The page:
The bread just for you, let’s come to it. France is also his pastries and pastries. Croissants, chocolate and other breads such as baguettes are part of the gastronomic heritage. These pastries are eaten at any time of the day and are served with breakfast. Bakeries are the place where bakery products are prepared and sold. The bakers work at night to work the dough from pastries and breads, baking them and selling them in the morning. The most appreciated thing of the French is to be able to taste all this when you leave the oven, still hot, melting and crispy. These typically French “sweets” are also highly appreciated by Americans and English people.
Sweet foods are the French people’s favorite pastime. The proof is in the form of pastries. Pastry is the art of sweet products and the making of desserts. Pastry chefs are the best manufacturers of cakes and other sweet wonders that can take on thousands of different shapes and tastes. Pastries are best enjoyed at the very end of a meal. Many people are familiar with the subtleties of preparing common desserts, as long as they follow the recipes to the letter to achieve the desired result.
The TOP of French cooking recipes
By keeping only the traditional specialities enjoyed by all the families in the country, and putting aside the delicious sophistication of the famous toqués, we have managed to isolate 10 recipes of French cuisine…
Subjective choice, necessarily, but here’s something to enjoy in cooking class!
1. The gratin dauphinois, which more than one grandmother will have prepared with love for her grandchildren, comes straight from the Dauphiné and the late 18th century.
Potatoes, milk and garlic, possibly liquid cream and laurel, come to nourish us.
2. Pot au feu is a classic of French cuisine. It was the content of the eternal pot of the old homes, hung from the rack….
It combines vegetables with relatively hard meats that require a long cooking time. It is ideal for eating with taste while warming up. Heating your house by making your meal is like killing two birds with one stone.
3. The coq au vin is, according to legend, less glorious for the Gauls.
Born in France, it would have been an opportunity for the Romans to undermine the pride attributed to this animal capable of singing with both feet in the air…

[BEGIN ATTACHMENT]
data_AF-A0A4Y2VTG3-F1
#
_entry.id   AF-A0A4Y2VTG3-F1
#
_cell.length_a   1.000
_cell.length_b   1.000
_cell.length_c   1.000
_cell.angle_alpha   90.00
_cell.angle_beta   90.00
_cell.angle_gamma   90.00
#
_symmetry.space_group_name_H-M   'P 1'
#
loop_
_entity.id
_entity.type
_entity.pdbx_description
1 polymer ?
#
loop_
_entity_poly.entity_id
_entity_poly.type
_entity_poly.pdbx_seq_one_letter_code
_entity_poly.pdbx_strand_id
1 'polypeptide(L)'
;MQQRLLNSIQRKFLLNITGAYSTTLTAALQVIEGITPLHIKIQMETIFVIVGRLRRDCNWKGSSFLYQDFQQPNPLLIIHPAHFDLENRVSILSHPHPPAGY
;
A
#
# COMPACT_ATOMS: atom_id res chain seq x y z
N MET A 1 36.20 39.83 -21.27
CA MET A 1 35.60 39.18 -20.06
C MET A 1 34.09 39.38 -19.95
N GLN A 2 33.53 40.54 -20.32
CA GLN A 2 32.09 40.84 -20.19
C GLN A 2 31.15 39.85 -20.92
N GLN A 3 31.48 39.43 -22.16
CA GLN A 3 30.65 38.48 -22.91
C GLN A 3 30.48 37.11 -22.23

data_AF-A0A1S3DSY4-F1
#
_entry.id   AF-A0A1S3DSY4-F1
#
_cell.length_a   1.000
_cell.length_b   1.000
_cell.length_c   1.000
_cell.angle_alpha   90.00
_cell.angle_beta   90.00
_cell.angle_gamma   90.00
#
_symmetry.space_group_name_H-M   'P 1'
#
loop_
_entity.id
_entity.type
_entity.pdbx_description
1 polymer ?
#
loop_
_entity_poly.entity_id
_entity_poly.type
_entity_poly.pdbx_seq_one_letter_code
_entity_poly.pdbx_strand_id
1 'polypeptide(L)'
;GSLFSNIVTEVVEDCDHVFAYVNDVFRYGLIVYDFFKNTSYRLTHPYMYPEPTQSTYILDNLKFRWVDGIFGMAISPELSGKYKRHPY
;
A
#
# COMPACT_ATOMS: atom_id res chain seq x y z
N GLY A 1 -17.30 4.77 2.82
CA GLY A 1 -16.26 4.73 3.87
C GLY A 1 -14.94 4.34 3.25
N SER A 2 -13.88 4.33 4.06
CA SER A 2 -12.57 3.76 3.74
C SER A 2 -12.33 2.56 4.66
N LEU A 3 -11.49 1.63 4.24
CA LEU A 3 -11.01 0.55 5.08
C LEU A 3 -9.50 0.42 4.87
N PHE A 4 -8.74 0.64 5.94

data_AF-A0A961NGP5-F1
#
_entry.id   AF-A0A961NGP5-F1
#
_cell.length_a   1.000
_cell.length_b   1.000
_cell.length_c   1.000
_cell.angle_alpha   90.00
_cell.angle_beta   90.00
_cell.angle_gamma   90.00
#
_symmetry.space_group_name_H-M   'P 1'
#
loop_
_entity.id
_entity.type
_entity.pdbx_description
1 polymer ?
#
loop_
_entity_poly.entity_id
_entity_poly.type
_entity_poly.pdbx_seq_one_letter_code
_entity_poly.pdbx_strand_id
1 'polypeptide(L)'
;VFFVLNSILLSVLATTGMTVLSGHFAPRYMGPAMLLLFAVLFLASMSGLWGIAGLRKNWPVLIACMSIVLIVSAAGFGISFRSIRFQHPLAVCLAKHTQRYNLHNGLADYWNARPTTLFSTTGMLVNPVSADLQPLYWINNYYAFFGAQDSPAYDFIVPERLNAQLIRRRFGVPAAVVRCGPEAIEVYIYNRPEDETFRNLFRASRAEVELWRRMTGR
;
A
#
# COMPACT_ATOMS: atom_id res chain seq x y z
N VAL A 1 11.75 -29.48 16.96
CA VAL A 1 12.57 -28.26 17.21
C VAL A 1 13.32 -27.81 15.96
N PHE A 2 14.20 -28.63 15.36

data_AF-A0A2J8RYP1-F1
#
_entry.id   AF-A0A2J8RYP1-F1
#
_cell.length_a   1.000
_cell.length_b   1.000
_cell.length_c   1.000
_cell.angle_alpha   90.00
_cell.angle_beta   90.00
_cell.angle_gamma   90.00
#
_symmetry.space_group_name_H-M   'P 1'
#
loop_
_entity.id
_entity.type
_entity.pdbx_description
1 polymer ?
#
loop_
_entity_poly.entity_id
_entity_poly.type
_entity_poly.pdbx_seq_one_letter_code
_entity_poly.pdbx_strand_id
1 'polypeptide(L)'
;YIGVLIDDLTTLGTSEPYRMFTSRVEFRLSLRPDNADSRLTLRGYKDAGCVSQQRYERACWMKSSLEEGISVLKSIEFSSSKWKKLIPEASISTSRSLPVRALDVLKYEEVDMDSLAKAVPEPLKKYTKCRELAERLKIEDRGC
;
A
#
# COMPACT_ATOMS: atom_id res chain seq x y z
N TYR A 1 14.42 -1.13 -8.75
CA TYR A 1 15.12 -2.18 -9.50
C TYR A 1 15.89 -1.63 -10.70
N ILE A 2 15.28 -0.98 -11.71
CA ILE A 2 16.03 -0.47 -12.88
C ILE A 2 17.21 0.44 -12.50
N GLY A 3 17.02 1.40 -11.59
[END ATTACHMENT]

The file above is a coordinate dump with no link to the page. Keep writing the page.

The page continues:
Anyway, a beautiful beast combined with good wine, all cooked for a long time, and that’s it!
Above all, don’t forget to cut your poultry into pieces and add garlic, onion, bacon, carrots, mushrooms, herbs!
Beans or moguls, duck confit, goose fat, carrots and rind: that’s Grandma’s secret!
Cassoulet | A particularly energetic Languedoc speciality | source | visualhunt.com
4. Quiche lorraine is not always the most digestible. Eggs, bacon and cream have a lot to do with it!
Those who would prefer it finer than usual would have every right to return to the sources of this family dish.
5. Undoubtedly less Franco-French, because inherited from Eastern Europe, horse tartar (traditional) or beef tartar (more common today) is very refreshing. It’s a must for carnivores!
6. Well from the Southwest, the cassoulet cousins with the févoulet.
It combines poultry fat, beans (tarbais for more) and a little meat (duck confit, Toulouse sausage, rind) without forgetting some vegetables (carrots) and herbs (like bay leaves) as an accompaniment.
7. Beef bourguignon combines meat of character and quality wine, cooking over a low heat creates a succulent alchemy of flavours.
8. It is 100% Mediterranean: the bouillabaisse, which smells like sea iodine… To be enjoyed by the water in summer, for delighted taste buds!
9. Still in the maritime sector, mussels can be eaten in all kinds of sauces. But the sailor is typically French! A plate of French fries, and young and old will be thrilled!
10. Let’s finish with an unusual dish characteristic of metropolitan cuisine: snails with Burgundy sauce! The ideal to please a Frenchman at the end of the year, or to make an English woman swoon!